Sunday, 27 May 2012

WEA celebration day at The Lowther

Yesterday I joined students and tutors at The Lowther Hotel in Goole for a celebration get- together and tour of the famous murals. There were around 50 of us from classes held in Goole, Snaith, Howden and Eastrington.

 I have been teaching local history classes for the WEA for over 30 years and many of my students have become good friends.  We all enjoyed a buffet, had our pictures taken and were then taken on a tour  by owner Howard Duckworth who, with his wife Julie, has restored new Goole's first ever building from near dereliction into a prestigious hotel.

Today was Pentecost and we went to church. The day is often also known as Whit Sunday and the following day, Whit Monday was traditionally a holiday. Villages and towns had processions and everyone wore new clothes.

 It was a lovely hot sunny day and I spent the afternoon gardening. My broad beans are not doing well but the greenhouse tomatoes are romping away.

All the time I was outside I heard the incessant call of a cuckoo in nearby woods. It seemed a timeless sound.

Sunday, 20 May 2012

Newport (Yorkshire) new bridge

I have recently been looking at some fascinating pictures of the bridge at Newport showing it with several steam rollers parked on top of it. I was not sure of the date and looked it up using the newly available newspaper search site where you can look up articles in the Hull Mail.

As soon as I realised that the Hul Mail newspaper was available I took out a subscription as there is so much information to be found about East Yorkshire, including Goole [of course Goole used to be part of the West Riding of Yorkshire].


Anyway, I found the reference which told me all I needed to know. Have a look at the extract which appeared on September 17th, 1930.

There is not much to say about gardening at the moment. It remains cold and I have taken a risk by planting out my broad beans. They were growing leggy in the greenhouse but I hope the move to the cold wet soil will not be too traumatic and that they will get going!

There is a rumour that it might be warmer next week. I do hope so.

Monday, 14 May 2012

Family history day

I spent yesterday at the family history day at Goole Waterways Museum. Sadly we did not have many visitors. Some people, who had come for a boat ride round the docks, wandered around the stalls but, along with the Boothferry History group, the Isle of Axholme family history group and the Marshland history group, I was in a room down a short corridor and so few general visitors  found us.

This, we all felt, was a pity as there was a lot of information on display and we were all there keen to help family historians but there had not been much publicity for the event and I do not think local people knew it was taking place.

Those of us manning the stalls in the main already knew each other and so we had some pleasant conversation but looking out at the sunshine I felt I might have been more profitably been doing some gardening!!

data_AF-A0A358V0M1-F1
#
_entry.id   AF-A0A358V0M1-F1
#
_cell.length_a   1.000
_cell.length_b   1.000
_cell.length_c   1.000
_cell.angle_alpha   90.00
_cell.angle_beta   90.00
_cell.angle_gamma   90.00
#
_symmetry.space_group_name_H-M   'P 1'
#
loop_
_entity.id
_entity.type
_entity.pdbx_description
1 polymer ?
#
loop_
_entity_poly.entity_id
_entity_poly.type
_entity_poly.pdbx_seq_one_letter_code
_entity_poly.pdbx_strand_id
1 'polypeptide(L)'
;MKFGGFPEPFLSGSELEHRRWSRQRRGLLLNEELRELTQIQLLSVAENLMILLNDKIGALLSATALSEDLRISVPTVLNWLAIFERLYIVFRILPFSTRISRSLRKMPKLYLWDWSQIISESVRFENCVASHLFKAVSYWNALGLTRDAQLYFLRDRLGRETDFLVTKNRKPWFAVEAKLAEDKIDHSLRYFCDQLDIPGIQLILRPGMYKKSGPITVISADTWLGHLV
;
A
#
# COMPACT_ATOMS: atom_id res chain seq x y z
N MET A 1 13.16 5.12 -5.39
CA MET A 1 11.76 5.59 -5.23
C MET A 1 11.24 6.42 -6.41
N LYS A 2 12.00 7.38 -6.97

I had my new DVDs on display - 5 compilations of Goole pictures [ about 30 on each disc] covering the shipyard and launches, ships visiting Goole, the docks, the railways and the town. I shall be putting more information about them on my website.

Below is  one of the more 'modern' pictures from the ship disc showing the paddle steamer Lincoln Castle visiting Goole in, I think, 1976. I remember going on the trip and looking at the engines as they thudded their way along the Ouse.

Lincoln Castle visiting Goole

Friday, 11 May 2012

Country notes

I have just been looking in my greenhouse where my seed potatoes are looking very wizened and sickly.  It just never seems to stop raining at the moment. The plot where the potatoes are going is rotovated and ready for them but we never seem to get a dry spell which coincides with my having a bit of spare time.

At least we now have plenty of logs to keep us warm in this miserable weather. Robert came last weekend and sawed down  two dead elms and some elder bushes. Locally they are always referred to as 'bottery' bushes or 'blummin ole bottery' and grow like weeds. They take their dialect name from the phrase 'bore tree' as when they are dried out the centre becomes hollow and in country areas the smaller trunks were sometimes used as simple water pipes.

As I was outside looking at the trees I heard the cuckoo - once so common but now quite rare. My mother always quoted the rhyme,

 'The cuckoo comes in April and sings its song in May.
 In the middle of June it changes its tune and in July it flies away'.

This is a very old rhyme but possibly less popular today as fewer people hear this evocative sound and thus have no opportunity to quote the verse.

In the meantime I am working on making DVDs of some of my old photographs so that even those without computers can look at old pictures of Goole, Howden and the surrounding areas. They will be for sale at £5 each, initially at the family history day at the Goole Waterways museum on Sunday [13th May].

Thursday, 3 May 2012

Goole boxing pictures

I was contacted by a friend who had read my previous post about the Smithson family of Goole. She was particularly interested in the fact that at least two of the family were well-known boxers and has sent two pictures of Sam Smithson.

She has also sent me some  other pictures of local boxers which were taken by Goole photographers but as yet we do not know who they all are. The only other Goole boxer I have any knowledge of was called Joe Carroll  but I would not know whether he is pictured here.

Tommy Gilchrist on the right and officials

Goole boxer

Another Goole boxer

Sam Smithson

Lance Corporal Eric Lawton KOYLI

Sam Smithson and man in suit















































 If you can help identify any of these men do please get in touch.


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